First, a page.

Physical literacy is about building the skills, knowledge, and behaviours that give us the confidence and motivation to lead active and healthy lives.
It involves holistic lifelong learning through sport and physical activity and delivers health and wellbeing benefits across the physical, psychological, social, and cognitive domains.
Focusing on the development of physical literacy for people with intellectual disability and autism can have significant benefits. These include:
- developing the skills and physical fitness to enable engagement in sport and physical activity and to generally live healthier and more active lives
- enabling self-confidence, self-regulation, and connections with the local community
- supporting the development of social skills such as communicating, making friends, learning the benefits of teamwork, and experiencing the importance of taking turns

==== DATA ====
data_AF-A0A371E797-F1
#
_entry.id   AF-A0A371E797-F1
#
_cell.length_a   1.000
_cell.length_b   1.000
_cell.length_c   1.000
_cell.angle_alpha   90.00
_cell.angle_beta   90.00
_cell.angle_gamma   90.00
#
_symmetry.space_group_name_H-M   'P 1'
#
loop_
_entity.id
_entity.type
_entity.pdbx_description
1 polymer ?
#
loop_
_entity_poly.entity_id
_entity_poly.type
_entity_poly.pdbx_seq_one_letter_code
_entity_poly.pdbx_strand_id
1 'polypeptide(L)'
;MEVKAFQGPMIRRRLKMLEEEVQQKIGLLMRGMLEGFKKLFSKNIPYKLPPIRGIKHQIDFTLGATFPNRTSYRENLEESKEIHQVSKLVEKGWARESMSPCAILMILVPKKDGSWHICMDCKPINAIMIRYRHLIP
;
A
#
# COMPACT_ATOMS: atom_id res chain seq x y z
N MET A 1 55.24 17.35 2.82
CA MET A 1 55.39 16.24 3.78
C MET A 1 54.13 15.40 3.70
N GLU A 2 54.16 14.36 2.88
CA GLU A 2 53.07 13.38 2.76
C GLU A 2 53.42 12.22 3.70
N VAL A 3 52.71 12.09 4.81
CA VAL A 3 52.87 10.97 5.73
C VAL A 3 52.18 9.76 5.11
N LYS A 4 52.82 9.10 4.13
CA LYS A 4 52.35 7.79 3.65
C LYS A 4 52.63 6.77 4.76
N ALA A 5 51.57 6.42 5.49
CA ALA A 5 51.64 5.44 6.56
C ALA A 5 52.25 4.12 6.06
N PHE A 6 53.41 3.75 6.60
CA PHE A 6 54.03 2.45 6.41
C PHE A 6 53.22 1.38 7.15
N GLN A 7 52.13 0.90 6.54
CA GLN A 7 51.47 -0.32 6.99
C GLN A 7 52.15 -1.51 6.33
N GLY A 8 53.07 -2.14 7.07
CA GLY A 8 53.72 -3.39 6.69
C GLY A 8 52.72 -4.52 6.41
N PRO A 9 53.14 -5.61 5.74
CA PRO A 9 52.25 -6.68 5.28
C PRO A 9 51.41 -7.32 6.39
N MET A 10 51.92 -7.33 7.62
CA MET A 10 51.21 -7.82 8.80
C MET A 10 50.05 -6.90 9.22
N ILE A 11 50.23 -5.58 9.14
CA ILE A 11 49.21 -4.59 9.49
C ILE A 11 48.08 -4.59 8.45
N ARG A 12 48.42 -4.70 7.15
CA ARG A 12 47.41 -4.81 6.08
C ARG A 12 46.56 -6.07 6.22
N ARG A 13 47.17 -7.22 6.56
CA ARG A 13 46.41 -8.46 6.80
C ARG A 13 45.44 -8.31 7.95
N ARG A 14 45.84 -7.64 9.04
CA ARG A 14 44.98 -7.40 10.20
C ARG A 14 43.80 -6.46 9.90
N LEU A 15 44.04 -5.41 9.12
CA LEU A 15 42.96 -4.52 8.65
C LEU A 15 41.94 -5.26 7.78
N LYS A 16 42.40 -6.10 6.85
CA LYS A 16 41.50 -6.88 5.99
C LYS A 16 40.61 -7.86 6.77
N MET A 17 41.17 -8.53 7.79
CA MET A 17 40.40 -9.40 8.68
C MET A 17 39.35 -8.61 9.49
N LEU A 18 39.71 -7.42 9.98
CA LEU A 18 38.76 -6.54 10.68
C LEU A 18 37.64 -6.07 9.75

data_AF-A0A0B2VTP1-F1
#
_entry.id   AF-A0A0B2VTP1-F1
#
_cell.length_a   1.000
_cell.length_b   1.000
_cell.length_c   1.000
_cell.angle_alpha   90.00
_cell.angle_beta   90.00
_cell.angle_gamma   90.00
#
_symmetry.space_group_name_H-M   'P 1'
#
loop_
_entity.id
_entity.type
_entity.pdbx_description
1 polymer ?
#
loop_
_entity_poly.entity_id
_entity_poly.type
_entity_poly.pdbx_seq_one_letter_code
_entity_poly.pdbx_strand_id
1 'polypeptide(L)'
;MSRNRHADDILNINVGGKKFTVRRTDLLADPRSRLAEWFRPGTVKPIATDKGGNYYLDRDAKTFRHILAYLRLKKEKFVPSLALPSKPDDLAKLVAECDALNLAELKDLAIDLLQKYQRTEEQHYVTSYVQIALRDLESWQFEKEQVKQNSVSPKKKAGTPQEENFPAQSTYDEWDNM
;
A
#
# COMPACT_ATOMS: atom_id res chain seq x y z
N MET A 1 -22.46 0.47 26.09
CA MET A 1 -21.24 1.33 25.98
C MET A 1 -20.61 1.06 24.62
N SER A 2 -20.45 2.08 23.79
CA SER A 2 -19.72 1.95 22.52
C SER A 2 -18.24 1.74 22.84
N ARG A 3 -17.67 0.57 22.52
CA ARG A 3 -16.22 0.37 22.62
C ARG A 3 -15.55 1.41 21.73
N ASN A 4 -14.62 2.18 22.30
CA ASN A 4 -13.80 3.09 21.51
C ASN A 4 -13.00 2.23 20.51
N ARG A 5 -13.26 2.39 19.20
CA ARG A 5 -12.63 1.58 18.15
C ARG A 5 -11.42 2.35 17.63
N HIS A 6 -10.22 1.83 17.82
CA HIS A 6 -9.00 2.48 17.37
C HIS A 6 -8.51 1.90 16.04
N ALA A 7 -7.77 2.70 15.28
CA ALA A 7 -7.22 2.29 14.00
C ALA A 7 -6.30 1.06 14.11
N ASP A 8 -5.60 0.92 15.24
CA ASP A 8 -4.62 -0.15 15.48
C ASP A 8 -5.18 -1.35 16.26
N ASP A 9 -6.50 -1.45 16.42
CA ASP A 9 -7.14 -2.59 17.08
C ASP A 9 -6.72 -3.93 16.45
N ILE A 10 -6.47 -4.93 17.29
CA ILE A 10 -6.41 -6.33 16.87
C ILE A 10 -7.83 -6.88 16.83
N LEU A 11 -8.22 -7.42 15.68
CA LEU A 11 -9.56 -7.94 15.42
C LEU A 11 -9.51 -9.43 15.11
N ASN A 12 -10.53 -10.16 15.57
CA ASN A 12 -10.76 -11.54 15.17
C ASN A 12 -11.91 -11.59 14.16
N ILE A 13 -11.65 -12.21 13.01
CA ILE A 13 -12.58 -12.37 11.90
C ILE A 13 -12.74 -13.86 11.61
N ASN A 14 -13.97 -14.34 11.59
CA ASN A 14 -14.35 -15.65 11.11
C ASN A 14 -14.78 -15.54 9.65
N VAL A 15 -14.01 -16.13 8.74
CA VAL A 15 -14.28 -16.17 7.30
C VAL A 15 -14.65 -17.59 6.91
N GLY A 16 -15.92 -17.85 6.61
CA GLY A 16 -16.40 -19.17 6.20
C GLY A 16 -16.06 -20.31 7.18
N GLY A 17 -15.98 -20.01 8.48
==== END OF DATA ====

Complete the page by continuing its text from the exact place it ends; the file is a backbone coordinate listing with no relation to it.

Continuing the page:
- learning about the benefits of being active, the ways to be active, and how to follow rules
Teachers, coaches, parents, and carers all play a crucial role in promoting and developing physical literacy in children. This can be achieved through quality physical education, school and community sport programs, and embracing daily play and physical activity.
The Inclusive Sport in Schools program is specifically designed to support the development of physical literacy, including through the use of the Playing for All program planners and activity cards.
The Australian Physical Literacy Framework outlines four domains and thirty elements that provide the common language and developmental framework for monitoring and assessing the development of physical literacy.
For more detailed information about physical literacy, visit the Sport Australia website.